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Who Am I Now?

An important issue for those whose loved one has died is concern with their own identity. For example, parents whose only child has died often ask themselves, “Am I still a parent?”Siblings may ask themselves: “Am I still a little sister now that my brother has died?” A spouse who spent many of her last years of marriage caring for an ailing husband may find the shift away from the role of caregiver to be more difficult than expected.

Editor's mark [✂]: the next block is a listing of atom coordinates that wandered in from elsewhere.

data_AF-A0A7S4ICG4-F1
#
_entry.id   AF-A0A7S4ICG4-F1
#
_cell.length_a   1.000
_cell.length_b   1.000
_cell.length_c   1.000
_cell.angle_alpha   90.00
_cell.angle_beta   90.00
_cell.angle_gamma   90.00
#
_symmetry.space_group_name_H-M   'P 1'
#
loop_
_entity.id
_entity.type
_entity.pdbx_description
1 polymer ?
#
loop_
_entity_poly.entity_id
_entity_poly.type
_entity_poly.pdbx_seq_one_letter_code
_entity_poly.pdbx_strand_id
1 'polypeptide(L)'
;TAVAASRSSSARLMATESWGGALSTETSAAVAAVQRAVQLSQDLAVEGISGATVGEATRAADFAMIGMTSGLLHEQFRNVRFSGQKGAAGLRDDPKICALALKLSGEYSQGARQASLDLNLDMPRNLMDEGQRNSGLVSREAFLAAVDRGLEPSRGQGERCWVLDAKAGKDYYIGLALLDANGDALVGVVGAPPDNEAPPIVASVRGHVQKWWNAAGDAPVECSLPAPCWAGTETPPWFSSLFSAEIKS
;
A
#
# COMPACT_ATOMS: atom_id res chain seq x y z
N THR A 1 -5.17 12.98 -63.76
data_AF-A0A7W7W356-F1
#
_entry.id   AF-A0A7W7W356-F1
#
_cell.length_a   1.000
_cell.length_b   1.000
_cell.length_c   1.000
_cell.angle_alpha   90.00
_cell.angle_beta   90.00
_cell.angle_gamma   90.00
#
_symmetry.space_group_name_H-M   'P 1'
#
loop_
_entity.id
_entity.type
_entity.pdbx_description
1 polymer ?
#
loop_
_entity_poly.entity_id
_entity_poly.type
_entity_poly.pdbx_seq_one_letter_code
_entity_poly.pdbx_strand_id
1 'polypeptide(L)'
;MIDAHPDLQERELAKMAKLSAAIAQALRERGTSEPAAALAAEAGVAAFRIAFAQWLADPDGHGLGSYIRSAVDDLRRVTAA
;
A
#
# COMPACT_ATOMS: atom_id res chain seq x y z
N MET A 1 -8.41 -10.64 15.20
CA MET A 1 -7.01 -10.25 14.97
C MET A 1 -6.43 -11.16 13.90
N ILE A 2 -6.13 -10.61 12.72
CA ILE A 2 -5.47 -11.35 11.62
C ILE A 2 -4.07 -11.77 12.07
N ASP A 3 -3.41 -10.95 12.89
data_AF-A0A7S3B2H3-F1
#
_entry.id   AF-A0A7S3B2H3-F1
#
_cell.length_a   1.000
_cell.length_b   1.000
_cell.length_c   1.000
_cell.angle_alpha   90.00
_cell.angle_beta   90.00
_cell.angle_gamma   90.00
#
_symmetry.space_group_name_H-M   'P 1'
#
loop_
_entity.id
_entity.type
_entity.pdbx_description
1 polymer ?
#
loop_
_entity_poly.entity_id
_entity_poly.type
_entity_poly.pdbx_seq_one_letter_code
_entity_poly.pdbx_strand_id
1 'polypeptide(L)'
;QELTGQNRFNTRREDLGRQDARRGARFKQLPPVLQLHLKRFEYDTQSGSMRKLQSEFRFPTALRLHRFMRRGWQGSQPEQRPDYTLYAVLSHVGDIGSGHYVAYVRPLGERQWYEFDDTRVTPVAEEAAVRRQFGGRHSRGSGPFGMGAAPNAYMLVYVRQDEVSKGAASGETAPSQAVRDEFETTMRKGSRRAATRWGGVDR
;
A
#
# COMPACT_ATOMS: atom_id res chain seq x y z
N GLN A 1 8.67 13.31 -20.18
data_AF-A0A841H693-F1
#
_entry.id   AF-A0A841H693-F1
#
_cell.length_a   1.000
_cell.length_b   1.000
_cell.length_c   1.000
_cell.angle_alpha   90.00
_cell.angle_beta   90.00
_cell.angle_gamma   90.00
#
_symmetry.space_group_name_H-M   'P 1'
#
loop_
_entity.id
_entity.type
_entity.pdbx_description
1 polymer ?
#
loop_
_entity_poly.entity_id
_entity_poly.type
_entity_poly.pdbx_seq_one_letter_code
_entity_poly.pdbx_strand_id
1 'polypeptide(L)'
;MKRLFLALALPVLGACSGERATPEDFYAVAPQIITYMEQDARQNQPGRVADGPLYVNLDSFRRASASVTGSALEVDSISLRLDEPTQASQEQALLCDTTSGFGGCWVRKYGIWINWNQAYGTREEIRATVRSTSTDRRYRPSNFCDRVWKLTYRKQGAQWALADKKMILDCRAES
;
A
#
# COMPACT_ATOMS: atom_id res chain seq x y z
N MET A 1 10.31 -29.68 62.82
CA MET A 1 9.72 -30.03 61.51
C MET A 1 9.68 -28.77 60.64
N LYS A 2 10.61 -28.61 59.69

The most current bereavement writers stress that it is wholly appropriate for you to want to maintain continuing bonds with a loved one who has died. The challenge is to restructure your relationship with someone who is no longer physically present and when things clearly cannot be the same.

It can be comforting to keep your loved one close in one’s heart and mind, to talk about them openly and recall special times shared with them. Even though many things are different, they are, in a way, still with us; there is a legitimate sense to still value that role of a parent, sibling, or partner, even when it takes on a new meaning.

Developed from Journeys with Grief: A Collection of Articles about Love, Life and Loss, edited by Kenneth J. Doka, Ph.D., MDiv., copyright Hospice Foundation of America, 2012.